Look at your desk or inside your desk drawers. Do you have a useful product with a logo imprinted on it? What about your pen, your mousepad, or the dispenser for your “sticky” notes? Logo-imprinted products are everywhere and usually within easy reach. These imprinted products are used to promote a product, service or company program.
Promotional products have reached a high level of popularity because they are flexible, tangible and long lasting. But how effective are these products when it comes to influencing or changing one’s perception or behavior towards an organization and its products or services?
To answer these questions, Promotional Products Association International conducted a 2004 research study and the results were quite surprising.
In this study, over 800 business travelers were randomly surveyed at Dallas/Ft.Worth International Airport. Of those surveyed, at least 71 percent reported receiving a promotional product within the last 12 months. Of this group, over 33 percent actually had the promotional product on them or with them.
Of those who responded to receiving a promotional product in the past 12 months, 76 percent of these participants could recall the name of the advertiser on the promotional product that they received. In comparison to traditional print advertising, only 53.5 percent of this same group could recall or name an advertiser they had seen in a magazine or newspaper in the previous week.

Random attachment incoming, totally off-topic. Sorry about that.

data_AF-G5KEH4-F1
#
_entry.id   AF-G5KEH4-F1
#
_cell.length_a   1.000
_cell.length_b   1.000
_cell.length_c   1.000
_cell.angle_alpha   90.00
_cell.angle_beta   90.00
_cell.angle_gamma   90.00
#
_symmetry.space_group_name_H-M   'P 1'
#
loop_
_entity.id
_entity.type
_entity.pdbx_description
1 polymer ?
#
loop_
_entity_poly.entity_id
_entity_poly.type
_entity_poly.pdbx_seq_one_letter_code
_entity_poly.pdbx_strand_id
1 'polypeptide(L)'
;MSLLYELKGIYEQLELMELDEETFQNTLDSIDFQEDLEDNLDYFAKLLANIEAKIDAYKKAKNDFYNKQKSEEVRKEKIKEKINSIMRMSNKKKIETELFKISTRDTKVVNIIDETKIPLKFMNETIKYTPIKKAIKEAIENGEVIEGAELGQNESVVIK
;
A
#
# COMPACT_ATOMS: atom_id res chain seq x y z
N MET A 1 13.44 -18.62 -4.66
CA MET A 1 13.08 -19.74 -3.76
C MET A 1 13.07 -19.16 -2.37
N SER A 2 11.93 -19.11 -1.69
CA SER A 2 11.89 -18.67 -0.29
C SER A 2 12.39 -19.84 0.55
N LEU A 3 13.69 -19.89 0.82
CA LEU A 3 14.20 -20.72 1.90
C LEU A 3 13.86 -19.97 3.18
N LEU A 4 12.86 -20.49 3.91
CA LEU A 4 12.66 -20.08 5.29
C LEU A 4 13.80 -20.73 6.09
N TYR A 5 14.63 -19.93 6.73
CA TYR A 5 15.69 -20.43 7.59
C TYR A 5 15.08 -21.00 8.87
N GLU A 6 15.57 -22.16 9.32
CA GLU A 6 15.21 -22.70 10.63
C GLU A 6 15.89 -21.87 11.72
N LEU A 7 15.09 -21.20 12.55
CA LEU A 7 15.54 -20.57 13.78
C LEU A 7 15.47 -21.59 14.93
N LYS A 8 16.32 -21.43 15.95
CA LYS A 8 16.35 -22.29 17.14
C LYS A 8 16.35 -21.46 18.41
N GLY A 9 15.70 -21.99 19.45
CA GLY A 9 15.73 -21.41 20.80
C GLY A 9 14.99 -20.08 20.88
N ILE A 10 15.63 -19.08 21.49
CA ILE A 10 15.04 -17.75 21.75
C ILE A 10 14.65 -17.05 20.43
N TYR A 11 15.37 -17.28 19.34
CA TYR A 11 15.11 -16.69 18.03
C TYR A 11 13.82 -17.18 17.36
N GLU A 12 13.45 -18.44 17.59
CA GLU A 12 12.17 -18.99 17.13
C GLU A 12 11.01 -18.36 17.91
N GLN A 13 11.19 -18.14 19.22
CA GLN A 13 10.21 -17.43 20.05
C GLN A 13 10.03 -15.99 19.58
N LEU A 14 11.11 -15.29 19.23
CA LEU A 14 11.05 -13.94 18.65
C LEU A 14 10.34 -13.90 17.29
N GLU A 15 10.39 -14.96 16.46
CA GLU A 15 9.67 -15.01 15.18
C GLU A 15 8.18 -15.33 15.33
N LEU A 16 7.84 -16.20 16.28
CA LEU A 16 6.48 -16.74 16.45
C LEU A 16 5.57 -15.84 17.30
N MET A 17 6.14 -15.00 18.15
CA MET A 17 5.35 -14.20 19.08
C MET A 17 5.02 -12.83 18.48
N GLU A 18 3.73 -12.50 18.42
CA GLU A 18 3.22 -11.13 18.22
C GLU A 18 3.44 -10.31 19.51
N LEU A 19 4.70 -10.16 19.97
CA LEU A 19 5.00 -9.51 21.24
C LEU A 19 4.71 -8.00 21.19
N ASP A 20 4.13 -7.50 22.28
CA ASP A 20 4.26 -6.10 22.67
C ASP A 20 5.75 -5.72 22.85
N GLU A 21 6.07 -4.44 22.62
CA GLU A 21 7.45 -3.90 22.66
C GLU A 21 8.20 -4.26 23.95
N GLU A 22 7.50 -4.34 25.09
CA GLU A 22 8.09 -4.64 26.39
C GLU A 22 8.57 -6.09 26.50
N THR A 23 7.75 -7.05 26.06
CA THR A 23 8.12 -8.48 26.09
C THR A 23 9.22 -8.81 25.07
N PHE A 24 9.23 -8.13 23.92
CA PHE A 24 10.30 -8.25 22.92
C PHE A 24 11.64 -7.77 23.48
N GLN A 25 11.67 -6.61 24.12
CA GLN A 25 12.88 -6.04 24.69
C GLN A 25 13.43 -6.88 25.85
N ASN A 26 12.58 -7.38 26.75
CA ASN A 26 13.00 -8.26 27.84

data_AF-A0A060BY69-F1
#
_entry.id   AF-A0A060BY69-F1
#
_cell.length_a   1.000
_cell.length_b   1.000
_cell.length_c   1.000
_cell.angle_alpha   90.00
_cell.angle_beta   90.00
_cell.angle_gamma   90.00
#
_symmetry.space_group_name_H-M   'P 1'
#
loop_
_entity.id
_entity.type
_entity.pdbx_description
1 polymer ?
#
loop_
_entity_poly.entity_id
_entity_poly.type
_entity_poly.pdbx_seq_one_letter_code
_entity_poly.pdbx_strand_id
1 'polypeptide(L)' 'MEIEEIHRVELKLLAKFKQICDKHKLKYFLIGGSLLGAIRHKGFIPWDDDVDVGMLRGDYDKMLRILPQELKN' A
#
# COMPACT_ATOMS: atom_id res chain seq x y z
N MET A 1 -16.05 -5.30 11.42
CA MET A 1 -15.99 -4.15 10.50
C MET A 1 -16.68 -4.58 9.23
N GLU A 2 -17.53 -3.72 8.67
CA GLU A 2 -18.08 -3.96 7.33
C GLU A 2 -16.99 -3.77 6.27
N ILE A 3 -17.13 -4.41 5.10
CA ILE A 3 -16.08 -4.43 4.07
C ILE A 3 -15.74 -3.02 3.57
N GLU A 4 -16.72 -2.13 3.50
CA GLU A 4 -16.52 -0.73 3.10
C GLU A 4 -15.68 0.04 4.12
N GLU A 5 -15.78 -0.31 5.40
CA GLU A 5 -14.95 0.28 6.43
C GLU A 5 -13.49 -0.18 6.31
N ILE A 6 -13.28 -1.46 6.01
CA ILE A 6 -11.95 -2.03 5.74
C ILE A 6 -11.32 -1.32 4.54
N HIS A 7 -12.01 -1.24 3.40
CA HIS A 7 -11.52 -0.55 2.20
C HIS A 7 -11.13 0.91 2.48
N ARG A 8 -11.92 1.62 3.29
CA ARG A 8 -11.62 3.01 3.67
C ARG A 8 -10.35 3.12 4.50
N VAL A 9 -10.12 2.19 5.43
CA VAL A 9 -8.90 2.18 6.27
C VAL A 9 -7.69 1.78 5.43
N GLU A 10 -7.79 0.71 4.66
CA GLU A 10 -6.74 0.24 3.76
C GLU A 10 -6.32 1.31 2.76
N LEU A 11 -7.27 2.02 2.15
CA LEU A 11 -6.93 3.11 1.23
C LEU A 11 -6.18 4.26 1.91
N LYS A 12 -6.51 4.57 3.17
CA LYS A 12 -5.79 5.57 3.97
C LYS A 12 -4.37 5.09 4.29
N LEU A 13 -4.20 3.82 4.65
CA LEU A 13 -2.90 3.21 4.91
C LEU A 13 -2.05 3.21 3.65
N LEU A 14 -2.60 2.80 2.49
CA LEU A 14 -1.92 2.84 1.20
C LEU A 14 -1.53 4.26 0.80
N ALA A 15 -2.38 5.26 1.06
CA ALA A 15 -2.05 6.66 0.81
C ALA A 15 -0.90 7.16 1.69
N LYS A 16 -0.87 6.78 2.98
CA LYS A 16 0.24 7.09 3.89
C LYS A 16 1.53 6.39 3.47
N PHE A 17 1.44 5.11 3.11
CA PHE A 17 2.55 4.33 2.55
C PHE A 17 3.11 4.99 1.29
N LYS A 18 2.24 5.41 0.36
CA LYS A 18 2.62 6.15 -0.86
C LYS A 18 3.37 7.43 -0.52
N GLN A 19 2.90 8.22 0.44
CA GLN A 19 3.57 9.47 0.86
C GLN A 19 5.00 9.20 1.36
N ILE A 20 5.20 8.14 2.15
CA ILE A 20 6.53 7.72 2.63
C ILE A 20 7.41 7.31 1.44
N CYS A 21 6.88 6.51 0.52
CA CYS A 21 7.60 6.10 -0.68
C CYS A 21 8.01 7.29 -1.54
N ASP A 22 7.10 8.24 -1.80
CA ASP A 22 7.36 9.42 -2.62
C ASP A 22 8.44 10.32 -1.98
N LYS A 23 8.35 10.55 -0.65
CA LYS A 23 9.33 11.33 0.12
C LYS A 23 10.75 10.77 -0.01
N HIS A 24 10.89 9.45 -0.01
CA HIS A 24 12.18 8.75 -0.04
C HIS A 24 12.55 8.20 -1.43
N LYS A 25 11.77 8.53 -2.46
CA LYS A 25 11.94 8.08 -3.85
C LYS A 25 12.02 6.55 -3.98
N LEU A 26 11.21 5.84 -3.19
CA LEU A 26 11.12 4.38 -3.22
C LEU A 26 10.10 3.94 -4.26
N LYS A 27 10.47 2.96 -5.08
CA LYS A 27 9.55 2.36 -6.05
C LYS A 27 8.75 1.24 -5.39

In this same study, 52 percent of the participants conducted business with the advertiser after receiving the promotional product. Of those who had not done business with the advertiser that gave them the product, almost half stated that they were more likely to do business with the company that gave them the product, and 52 percent reported having a more favorable impression of the advertiser after receiving the item.
One of the key advantages of using promotional products, as proven in this study, is the frequency of exposure. The more the item is used and the logo message is exposed to the user, the lower the cost per impression for the advertiser.
(Excerpt from PromoSolutions_8pg.pdf published by PPAI.)